The four RBIs for Tellez were his first since a solo home run against the Boston Red Sox on May 22. Between then and Wednesday, he was mired in a 4-for-38 rut over 12 games, often rolling over on pitches en route to a .105/.150/.158 slash line.
In batting practice earlier in the day, he had told himself to get back to the basics of his swing, to use the entire field the way he can, and to avoid getting pull-happy, something he felt he’d become during the slide.
“Yeah, pretty bad,” Tellez said. “I went into BP today and wanted to hit hard line drives all over the field, mainly to centre, left-centre, right-centre – I didn’t want to pull much. I wanted to stay in the middle of the field, make sure I was staying through the middle field in the game.”
After two flyouts to centre in his first two at-bats, he employed that approach against Castro. Tellez fouled off a belt-high sinker on the outer edge to fall behind 1-2, took a chase changeup that evened the count and then turned on a down-and-in heater at 97.8 and impressively kept it fair.
“Just a typical at-bat, soft in, hard in, then hard away and after they threw the changeup away and I took it, I had an idea what was coming,” said Tellez. “I geared up and got ready for it and put a good swing on it.”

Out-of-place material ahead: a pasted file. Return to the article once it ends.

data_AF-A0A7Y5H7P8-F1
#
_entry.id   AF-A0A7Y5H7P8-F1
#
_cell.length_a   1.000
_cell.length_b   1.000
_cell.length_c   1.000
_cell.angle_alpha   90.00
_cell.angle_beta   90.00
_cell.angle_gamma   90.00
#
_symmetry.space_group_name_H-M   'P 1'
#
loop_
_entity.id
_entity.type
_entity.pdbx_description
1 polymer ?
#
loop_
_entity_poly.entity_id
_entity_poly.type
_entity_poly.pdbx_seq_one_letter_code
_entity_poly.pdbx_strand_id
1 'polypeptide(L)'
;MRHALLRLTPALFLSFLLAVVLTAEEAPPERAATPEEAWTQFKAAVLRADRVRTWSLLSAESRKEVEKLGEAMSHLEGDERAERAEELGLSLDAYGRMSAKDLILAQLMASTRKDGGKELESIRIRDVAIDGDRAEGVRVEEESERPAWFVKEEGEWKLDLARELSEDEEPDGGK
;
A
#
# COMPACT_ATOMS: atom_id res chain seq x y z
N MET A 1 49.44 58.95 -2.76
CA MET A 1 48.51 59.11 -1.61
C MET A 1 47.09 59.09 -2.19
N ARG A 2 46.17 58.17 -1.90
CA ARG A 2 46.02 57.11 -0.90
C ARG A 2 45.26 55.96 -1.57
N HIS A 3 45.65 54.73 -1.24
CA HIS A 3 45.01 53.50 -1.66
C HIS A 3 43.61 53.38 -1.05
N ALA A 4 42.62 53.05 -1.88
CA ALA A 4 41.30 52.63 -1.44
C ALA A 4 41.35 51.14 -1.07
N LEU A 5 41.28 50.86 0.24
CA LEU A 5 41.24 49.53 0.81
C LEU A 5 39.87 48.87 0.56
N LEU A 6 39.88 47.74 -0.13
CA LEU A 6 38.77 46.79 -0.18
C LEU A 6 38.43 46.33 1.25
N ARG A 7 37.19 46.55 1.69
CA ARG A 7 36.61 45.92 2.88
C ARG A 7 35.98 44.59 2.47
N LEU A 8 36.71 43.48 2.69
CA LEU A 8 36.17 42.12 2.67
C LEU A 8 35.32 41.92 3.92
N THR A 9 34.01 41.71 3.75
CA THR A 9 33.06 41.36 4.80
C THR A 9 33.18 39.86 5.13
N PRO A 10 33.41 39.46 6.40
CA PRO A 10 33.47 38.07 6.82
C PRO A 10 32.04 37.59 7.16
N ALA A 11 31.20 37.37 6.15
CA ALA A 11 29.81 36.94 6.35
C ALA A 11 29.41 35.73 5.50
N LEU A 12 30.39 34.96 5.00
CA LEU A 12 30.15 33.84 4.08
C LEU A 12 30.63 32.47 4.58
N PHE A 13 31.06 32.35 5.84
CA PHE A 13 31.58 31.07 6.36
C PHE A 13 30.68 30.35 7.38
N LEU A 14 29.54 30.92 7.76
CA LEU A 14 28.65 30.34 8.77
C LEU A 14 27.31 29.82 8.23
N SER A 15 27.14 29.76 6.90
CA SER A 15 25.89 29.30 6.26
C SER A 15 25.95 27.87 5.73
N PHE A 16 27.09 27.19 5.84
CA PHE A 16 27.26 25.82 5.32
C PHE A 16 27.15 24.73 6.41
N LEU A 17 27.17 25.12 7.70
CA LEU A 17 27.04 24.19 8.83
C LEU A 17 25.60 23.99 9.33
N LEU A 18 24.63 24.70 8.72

Comfortable leads have been few and far between for the Blue Jays, and the slam put them up 6-1, which was needed against an Orioles team that’s not only on pace for 100-plus losses, but likely destined for far more than that.
Reliever Daniel Hudson made a start for the Blue Jays earlier this season, but that was part of a glorified bullpen day. On Wednesday, Derek Law got the start ahead of Edwin Jackson with the intention of having a reliever get through the top of the batting order so the starter can begin his day in a more advantageous part of the lineup.
Law did just that, working around a two-out triple and walk, and the slumping Jackson took over from there, allowing two runs on four hits and two walks over five innings of work.
“The opener worked out pretty good,” said Montoyo.
It wasn’t all smooth for Jackson as the Orioles helped him out by running into inning-ending outs in the second and third. And then in the fifth, after being staked to a 6-1 lead, he walked the first two batters of the inning and eventually allowed a run to cross on a wild pitch.
Still, there was some correction, and, for a Blue Jays team in desperate need of innings, any little bit of progress is something to build on.